Raise awareness of environmental health issues in order to better protect our children and future generations.

EMF Studies

15 May 2017

Electromagnetic Hypersensitivity – An Increasing Challenge to the Medical Profession

RE-POSTED 15 May 2017:  In March 2017, a team of scientists and doctors from ECERI (European Cancer and Environment Research Institute), including Dr. Lennart Hardell, Dr. David Carpenter, and Professor Dominique Belpomme, met with officials at the World Health Organization as a first step towards having electrohypersensitivity included in the International Classification of Diseases.

"The prevalence of EHS seems to be increasing today, and many people get symptoms when exposed to ELF- and/or RF-EMF. With the ever more extensive use of wireless technologies, nobody can avoid being exposed. It is important to work toward getting objective diagnostic criteria for EHS, and have it recognized and officially accepted as hypersensitivity, an illness caused by exposure to EMF. Thus, it is necessary to give an International Classification of Diseases to EHS. If and when EHS is accepted as a diagnosis by society and the medical profession, measures can be taken especially in consideration for this group of people with EHS regarding healthcare, accommodation, school, and work."


Electromagnetic hypersensitivity – an increasing challenge to the medical profession
Lena Hedendahl1 / Michael Carlberg2 / Lennart Hardell2

1Research and Innovation Unit, County Council of Norrbotten, SE-971 89 Luleå, Sweden

2Department of Oncology, University Hospital, Örebro, Sweden

Corresponding author: Lena Hedendahl, MD, Research and Innovation Unit, County Council of Norrbotten, SE-971 89 Luleå, Sweden, E-mail: (email)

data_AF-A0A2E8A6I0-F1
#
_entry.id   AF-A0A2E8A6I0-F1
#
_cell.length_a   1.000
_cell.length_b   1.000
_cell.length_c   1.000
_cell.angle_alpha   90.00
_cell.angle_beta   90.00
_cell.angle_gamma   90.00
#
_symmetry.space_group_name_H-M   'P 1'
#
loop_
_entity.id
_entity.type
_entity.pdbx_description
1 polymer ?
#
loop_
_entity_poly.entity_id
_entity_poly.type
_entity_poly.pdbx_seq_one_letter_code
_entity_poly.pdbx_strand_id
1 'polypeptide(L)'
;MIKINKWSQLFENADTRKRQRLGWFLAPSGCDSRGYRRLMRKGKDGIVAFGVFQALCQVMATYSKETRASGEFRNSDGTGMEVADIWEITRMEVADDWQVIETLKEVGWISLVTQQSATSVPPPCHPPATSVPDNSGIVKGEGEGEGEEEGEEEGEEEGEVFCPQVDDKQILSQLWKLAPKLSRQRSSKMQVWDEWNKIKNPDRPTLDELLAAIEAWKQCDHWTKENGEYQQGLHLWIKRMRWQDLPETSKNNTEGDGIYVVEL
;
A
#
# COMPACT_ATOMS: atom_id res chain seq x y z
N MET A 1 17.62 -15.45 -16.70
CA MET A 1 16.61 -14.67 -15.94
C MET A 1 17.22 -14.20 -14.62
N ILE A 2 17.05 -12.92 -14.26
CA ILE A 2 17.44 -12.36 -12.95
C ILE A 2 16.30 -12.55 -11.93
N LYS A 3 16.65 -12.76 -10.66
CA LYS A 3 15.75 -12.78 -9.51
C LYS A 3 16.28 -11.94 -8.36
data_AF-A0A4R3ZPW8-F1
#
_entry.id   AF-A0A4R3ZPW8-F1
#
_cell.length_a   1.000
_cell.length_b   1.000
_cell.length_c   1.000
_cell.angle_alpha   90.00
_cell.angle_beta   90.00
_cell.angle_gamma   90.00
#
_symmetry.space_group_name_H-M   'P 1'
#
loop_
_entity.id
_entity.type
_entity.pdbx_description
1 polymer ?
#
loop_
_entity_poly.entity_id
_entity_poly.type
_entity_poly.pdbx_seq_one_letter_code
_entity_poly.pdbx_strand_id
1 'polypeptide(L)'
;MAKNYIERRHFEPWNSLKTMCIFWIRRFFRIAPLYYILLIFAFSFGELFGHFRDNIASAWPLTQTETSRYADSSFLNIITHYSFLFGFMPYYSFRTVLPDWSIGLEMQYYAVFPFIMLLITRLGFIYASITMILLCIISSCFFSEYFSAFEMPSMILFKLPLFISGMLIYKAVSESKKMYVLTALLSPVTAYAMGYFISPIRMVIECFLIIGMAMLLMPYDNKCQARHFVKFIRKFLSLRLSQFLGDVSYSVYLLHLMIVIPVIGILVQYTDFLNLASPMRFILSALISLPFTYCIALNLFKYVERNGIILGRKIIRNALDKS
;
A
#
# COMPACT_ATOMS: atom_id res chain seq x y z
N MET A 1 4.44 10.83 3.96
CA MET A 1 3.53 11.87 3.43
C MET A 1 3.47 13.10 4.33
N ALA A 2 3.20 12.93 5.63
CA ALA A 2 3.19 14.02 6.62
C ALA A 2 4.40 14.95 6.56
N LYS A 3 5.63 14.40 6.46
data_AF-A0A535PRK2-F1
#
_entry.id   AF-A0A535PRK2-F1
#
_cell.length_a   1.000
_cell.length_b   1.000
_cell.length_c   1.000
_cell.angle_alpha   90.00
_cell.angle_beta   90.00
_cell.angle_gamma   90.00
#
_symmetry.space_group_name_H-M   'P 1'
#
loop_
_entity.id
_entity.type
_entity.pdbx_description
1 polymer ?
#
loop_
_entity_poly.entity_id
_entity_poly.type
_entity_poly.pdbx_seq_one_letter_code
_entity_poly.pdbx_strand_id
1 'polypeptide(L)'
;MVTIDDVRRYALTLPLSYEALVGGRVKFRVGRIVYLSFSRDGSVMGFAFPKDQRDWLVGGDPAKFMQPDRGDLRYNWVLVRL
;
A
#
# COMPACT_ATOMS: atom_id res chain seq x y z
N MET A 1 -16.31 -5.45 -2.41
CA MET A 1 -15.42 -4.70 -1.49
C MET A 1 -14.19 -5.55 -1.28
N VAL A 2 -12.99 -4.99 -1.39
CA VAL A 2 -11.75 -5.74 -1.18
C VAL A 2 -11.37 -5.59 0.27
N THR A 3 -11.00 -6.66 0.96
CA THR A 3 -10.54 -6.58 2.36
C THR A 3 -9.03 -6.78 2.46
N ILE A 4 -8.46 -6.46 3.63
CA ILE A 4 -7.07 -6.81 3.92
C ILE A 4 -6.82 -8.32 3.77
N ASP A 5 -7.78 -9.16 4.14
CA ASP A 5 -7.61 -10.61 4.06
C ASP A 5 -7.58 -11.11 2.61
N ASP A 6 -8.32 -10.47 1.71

Citation Information: Reviews on Environmental Health. Volume 30, Issue 4, Pages 209–215, ISSN (Online) 2191-0308, ISSN (Print) 0048-7554, DOI: 10.1515/reveh-2015-0012, September 2015

Publication HistoryReceived:2015-06-29Accepted:2015-08-17Published Online:2015-09-15

Abstract

Background: In 1970, a report from the former Soviet Union described the “microwave syndrome” among military personnel, working with radio and radar equipment, who showed symptoms that included fatigue, dizziness, headaches, problems with concentration and memory, and sleep disturbances. Similar symptoms were found in the 1980s among Swedes working in front of cathode ray tube monitors, with symptoms such as flushing, burning, and tingling of the skin, especially on the face, but also headaches, dizziness, tiredness, and photosensitivity. The same symptoms are reported in Finns, with electromagnetic hypersensitivity (EHS) being attributed to exposure to electromagnetic fields (EMF). Of special concern is involuntary exposure to radiofrequency (RF)-EMF from different sources. Most people are unaware of this type of exposure, which has no smell, color, or visibility. There is an increasing concern that wireless use of laptops and iPads in Swedish schools, where some have even abandoned textbooks, will exacerbate the exposure to EMF.

Methods: We have surveyed the literature on different aspects of EHS and potential adverse health effects of RF-EMF. This is exemplified by case reports from two students and one teacher who developed symptoms of EHS in schools using Wi-Fi.

Results: In population-based surveys, the prevalence of EHS has ranged from 1.5% in Sweden to 13.3% in Taiwan. Provocation studies on EMF have yielded different results, ranging from where people with EHS cannot discriminate between an active RF signal and placebo, to objectively observed changes following exposure in reactions of the pupil, changes in heart rhythm, damage to erythrocytes, and disturbed glucose metabolism in the brain. The two students and the teacher from the case reports showed similar symptoms, while in school environments, as those mentioned above.

Discussion: Austria is the only country with a written suggestion to guidelines on the diagnosis and treatment of EMF-related health problems. Apart from this, EHS is not recognized as a specific diagnosis in the rest of the world, and no established treatment exists.

Conclusion: It seems necessary to give an International Classification of Diseases to EHS to get it accepted as EMF-related health problems. The increasing exposure to RF-EMF in schools is of great concern and needs better attention. Longer-term health effects are unknown. Parents, teachers, and school boards have the responsibility to protect children from unnecessary exposure.

Excerpts

Background